2013-04-21 (13-27) Philippines 017After the 2-hour-plus service was finished (with the traditional singing of the fourfold “Amen”), and after the photo taking of anyone and everyone present (“One more, for Facebook“), chairs were pushed to the side and lunch was served. They do this every Sunday so I was told. Rice, chicken, vegetables, sweets, all cooked and prepared in an open kitchen behind the church. Filipino hospitality shone once again and we enjoyed chatting over good food.

2013-04-21 (11-05) Philippines 066Impressed as I was by the excitement and joy of those attending the Litex Church that morning, I was even more impressed by the genuineness of those present. These were mostly young people, and an assortment of singles and families. They had a very real sense of who God is and of their place in God’s mission in their world. They spoke of mission as if it were a given (not an option that is so often the case in Australian churches). This was reflected in the stories I heard about how people came to be together in this congregation and how they came to faith in Jesus.

Whilst I see a high level of professionalism in our congregations and the way we do church here, there is so much we can learn from this grassroots faith community and the way they are the Church in their corner of the Philippines. Certainly cultivating a greater heart for mission/purpose and a greater focus on “coming together” rather than finely choreographing that gathering are key points from which our churches here can take a lesson.

That being said, no church is perfect and I hope to unpack elements of this in a later post.

Now I can’t really see how this all translates into our own context–or if, in reality,  it should–but I do know that participating with these dear folk showed me how grace, love and joy can easily cross any national, linguistic or cultural barrier and bring together people under a common banner of being the people of God together.

(to be continued . . .)

If it Weren’t for Christians, Church Would be OK

I work in a school.

My work involves a range of activities involving mostly teachers, but also students and their parents.

The going joke around here–especially at times when we’re running ragged after 7 or 8 weeks of full-on work–is, “If you would just take away the students, this school would be perfect.”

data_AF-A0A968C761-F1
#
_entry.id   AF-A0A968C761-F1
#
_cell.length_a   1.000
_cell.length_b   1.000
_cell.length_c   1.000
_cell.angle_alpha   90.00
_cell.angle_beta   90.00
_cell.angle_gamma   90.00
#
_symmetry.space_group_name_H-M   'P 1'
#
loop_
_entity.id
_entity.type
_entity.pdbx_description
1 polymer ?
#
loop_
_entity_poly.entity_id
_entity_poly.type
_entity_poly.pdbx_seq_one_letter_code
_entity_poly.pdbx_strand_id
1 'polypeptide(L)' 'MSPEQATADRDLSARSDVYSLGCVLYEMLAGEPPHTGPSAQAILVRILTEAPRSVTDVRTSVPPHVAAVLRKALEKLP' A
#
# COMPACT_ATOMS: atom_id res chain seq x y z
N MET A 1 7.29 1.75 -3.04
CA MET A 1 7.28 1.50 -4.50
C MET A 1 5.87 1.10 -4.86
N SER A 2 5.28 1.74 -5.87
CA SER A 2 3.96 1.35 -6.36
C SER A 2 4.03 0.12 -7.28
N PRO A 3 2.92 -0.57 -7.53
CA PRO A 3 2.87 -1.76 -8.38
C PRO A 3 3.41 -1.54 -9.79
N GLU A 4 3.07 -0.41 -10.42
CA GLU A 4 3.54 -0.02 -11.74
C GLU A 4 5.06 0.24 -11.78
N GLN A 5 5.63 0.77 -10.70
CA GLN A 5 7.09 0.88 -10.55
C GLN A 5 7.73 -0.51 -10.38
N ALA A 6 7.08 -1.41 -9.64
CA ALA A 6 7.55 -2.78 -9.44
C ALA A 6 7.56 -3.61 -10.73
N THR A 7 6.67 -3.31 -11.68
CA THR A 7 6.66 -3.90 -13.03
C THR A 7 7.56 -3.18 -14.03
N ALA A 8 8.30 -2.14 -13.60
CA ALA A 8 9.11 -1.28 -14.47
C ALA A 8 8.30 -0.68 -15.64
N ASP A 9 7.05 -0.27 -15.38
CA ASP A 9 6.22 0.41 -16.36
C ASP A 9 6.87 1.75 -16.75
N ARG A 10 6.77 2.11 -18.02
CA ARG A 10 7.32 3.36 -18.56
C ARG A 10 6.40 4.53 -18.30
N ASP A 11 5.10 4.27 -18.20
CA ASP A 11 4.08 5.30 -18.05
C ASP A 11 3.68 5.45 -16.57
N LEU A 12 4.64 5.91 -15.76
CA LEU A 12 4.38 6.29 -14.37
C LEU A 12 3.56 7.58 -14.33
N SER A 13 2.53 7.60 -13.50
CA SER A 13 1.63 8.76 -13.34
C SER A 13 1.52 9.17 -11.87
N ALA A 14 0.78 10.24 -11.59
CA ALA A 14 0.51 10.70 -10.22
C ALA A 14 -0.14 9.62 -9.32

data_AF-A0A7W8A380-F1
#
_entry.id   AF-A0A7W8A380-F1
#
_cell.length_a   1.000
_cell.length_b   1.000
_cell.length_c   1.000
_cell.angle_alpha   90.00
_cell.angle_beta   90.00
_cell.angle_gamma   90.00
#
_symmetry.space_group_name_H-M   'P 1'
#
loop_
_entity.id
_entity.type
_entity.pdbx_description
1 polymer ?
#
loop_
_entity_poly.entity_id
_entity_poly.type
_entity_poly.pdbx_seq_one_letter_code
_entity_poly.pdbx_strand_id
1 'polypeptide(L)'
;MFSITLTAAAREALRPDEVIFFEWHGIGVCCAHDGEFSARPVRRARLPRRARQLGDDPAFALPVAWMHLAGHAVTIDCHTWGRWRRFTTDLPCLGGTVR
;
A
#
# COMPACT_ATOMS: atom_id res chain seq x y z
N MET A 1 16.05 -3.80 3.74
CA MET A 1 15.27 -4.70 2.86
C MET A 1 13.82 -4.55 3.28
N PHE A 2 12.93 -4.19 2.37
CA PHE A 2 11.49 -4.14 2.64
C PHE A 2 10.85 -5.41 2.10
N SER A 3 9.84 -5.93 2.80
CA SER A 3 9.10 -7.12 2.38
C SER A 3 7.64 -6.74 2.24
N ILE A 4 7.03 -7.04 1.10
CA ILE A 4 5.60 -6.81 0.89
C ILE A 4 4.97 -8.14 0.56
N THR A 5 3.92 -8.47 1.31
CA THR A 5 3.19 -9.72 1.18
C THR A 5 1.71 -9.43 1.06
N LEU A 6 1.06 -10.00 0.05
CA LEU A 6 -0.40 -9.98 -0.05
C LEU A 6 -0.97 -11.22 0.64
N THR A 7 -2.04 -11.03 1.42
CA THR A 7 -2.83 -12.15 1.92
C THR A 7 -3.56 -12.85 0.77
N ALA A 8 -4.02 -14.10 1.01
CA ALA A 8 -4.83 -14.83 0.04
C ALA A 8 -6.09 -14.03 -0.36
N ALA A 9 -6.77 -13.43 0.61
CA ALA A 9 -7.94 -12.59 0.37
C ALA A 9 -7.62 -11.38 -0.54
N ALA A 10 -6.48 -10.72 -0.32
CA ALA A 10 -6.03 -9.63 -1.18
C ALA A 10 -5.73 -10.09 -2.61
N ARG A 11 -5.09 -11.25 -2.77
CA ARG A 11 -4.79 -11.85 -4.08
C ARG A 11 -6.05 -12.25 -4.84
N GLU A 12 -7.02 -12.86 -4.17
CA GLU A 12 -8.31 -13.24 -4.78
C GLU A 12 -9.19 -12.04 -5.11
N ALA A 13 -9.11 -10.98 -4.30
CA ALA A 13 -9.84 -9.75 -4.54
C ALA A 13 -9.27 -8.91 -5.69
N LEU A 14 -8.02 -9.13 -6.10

Church_CRossI was mulling over similar ideas in my head while sitting in our Sunday gathering yesterday and then during a church meeting. I know many people who have ditched the church for a more intimate spiritual search, or in response to a growing sense of duplicity and pretension which one inevitably finds in organised religion. I would never say (as I have heard said) that they have “left the faith,” or they have “returned to Egypt” (which carries another entire set of symbols and metaphors, mostly dark and negative). These folk has simply had enough of their local church and the problems which they believe are very real and embedded in its membership and structure.

Lillian Daniel writes about this in today’s StillSpeaking reflection:

It seems to be a growing trend—people who claim to love Jesus but don’t want to call themselves Christians. The latest to stake a claim for not staking a claim is Marcus Mumford, of the wildly popular Mumford & Sons, whose Christian-themed lyrics have been a source of fascination to believers and nonbelievers alike.

In a Rolling Stone cover story, Mumford demurred when asked if he considered himself a Christian. “I don’t really like that word. It comes with so much baggage,” he said. “So, no, I wouldn’t call myself a Christian.”

I too want to distance myself from hateful statements made in the name of my faith. If this is all that Christianity is, I don’t want to be associated with it either. But of course, that is not all that Christianity is. And unless some sane people claim the label, the extremist fringes will have the last word. I tried to make that case in Relevant Magazine. When people say they love Jesus and not the church, I hear them saying they can’t abide the people. If we could just kick all the people out, we might actually be able to do this Christian community thing. But I don’t think that’s what Jesus had in mind.

The church is something you enter at your own risk. Because you might actually bump into humanity there. You might hit up against something you disagree with. You might have to listen to music you don’t like. You might get asked to share your stuff. You might learn from a tradition far older than you. You might even be asked to worship something other than yourself.